In the preceding description, numerous specific details have been set forth. However, it is understood that embodiments of the invention may be practiced without these specific details. For example, while embodiments were primarily discussed using an exemplary flash implementation, there is no reason why the disclosed selector circuit principles couldn't apply to other module signals to be selected. It could apply to chip enable signals for other types of chips, e.g., DRAM chips, or it could even apply to other signal types.
In other instances, well-known circuits, structures and techniques may have not been shown in detail in order not to obscure an understanding of the description. With this in mind, references to “one embodiment”, “an embodiment”, “example embodiment”, “various embodiments”, etc., indicate that the embodiment(s) of the invention so described may include particular features, structures, or characteristics, but not every embodiment necessarily includes the particular features, structures, or characteristics. Further, some embodiments may have some, all, or none of the features described for other embodiments.
In the preceding description and following claims, the following terms should be construed as follows: The terms “coupled” and “connected,” along with their derivatives, may be used. It should be understood that these terms are not intended as synonyms for each other. Rather, in particular embodiments, “connected” is used to indicate that two or more elements are in direct physical or electrical contact with each other. “Coupled” is used to indicate that two or more elements co-operate or interact with each other, but they may or may not be in direct physical or electrical contact.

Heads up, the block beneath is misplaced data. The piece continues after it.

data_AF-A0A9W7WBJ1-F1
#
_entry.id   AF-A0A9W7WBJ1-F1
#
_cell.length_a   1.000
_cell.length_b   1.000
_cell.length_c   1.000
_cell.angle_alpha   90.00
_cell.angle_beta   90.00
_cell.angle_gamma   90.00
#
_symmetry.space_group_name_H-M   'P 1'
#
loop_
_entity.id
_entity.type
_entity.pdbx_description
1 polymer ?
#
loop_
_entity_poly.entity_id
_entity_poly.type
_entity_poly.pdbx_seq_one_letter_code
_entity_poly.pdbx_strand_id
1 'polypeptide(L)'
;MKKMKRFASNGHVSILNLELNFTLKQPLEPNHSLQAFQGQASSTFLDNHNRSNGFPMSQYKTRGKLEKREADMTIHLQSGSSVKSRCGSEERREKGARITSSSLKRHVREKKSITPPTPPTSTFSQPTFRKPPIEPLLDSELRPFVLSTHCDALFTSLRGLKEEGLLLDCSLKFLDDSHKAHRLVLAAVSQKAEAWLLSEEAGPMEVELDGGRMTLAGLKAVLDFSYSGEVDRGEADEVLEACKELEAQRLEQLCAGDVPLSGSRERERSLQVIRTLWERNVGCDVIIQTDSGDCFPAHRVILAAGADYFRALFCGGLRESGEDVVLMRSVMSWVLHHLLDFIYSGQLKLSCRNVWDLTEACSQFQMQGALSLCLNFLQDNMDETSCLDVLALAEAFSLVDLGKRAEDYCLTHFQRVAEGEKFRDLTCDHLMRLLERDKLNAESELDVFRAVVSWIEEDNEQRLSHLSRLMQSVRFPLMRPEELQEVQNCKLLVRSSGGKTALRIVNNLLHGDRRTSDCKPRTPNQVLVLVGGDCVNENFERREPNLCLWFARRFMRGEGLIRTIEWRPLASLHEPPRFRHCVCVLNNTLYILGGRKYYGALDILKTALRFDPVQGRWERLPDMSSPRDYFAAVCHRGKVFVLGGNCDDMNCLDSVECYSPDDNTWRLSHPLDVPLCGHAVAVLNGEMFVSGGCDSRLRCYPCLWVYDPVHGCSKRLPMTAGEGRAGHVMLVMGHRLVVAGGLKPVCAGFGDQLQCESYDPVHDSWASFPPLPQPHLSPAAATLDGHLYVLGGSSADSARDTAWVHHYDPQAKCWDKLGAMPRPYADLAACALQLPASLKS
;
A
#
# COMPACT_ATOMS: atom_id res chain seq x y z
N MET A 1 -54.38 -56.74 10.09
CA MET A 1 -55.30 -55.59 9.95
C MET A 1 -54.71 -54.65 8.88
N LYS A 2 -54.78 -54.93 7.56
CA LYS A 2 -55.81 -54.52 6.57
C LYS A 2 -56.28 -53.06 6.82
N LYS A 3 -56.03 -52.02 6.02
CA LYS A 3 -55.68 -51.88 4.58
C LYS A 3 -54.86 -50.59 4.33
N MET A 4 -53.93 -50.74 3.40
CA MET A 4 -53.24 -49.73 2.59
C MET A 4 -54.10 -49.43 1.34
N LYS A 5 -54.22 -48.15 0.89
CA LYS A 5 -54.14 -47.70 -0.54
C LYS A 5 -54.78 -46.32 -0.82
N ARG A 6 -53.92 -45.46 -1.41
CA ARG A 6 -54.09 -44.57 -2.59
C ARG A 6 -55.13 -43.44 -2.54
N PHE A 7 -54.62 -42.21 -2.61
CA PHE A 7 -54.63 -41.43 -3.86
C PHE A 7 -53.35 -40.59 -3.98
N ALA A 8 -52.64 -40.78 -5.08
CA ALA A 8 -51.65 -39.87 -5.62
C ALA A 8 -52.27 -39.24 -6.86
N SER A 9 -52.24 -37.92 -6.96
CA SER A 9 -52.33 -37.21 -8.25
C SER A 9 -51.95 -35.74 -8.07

The invention is not limited to the embodiments described, but can be practiced with modification and alteration within the spirit and scope of the appended claims. For example, it should be appreciated that the present invention is applicable for use with all types of semiconductor integrated circuit (“IC”) chips. Examples of these IC chips include but are not limited to processors, controllers, chip set components, programmable logic arrays (PLA), memory chips, network chips, and the like.
It should also be appreciated that in some of the drawings, signal conductor lines are represented with lines. Some may be thicker, to indicate more constituent signal paths, have a number label, to indicate a number of constituent signal paths, and/or have arrows at one or more ends, to indicate primary information flow direction. This, however, should not be construed in a limiting manner. Rather, such added detail may be used in connection with one or more exemplary embodiments to facilitate easier understanding of a circuit. Any represented signal lines, whether or not having additional information, may actually comprise one or more signals that may travel in multiple directions and may be implemented with any suitable type of signal scheme, e.g., digital or analog lines implemented with differential pairs, optical fiber lines, and/or single-ended lines.
It should be appreciated that example sizes/models/values/ranges may have been given, although the present invention is not limited to the same. As manufacturing techniques (e.g., photolithography) mature over time, it is expected that devices of smaller size could be manufactured. In addition, well known power/ground connections to IC chips and other components may or may not be shown within the FIGS., for simplicity of illustration and discussion, and so as not to obscure the invention. Further, arrangements may be shown in block diagram form in order to avoid obscuring the invention, and also in view of the fact that specifics with respect to implementation of such block diagram arrangements are highly dependent upon the platform within which the present invention is to be implemented, i.e., such specifics should be well within purview of one skilled in the art. Where specific details (e.g., circuits) are set forth in order to describe example embodiments of the invention, it should be apparent to one skilled in the art that the invention can be practiced without, or with variation of, these specific details. The description is thus to be regarded as illustrative instead of limiting.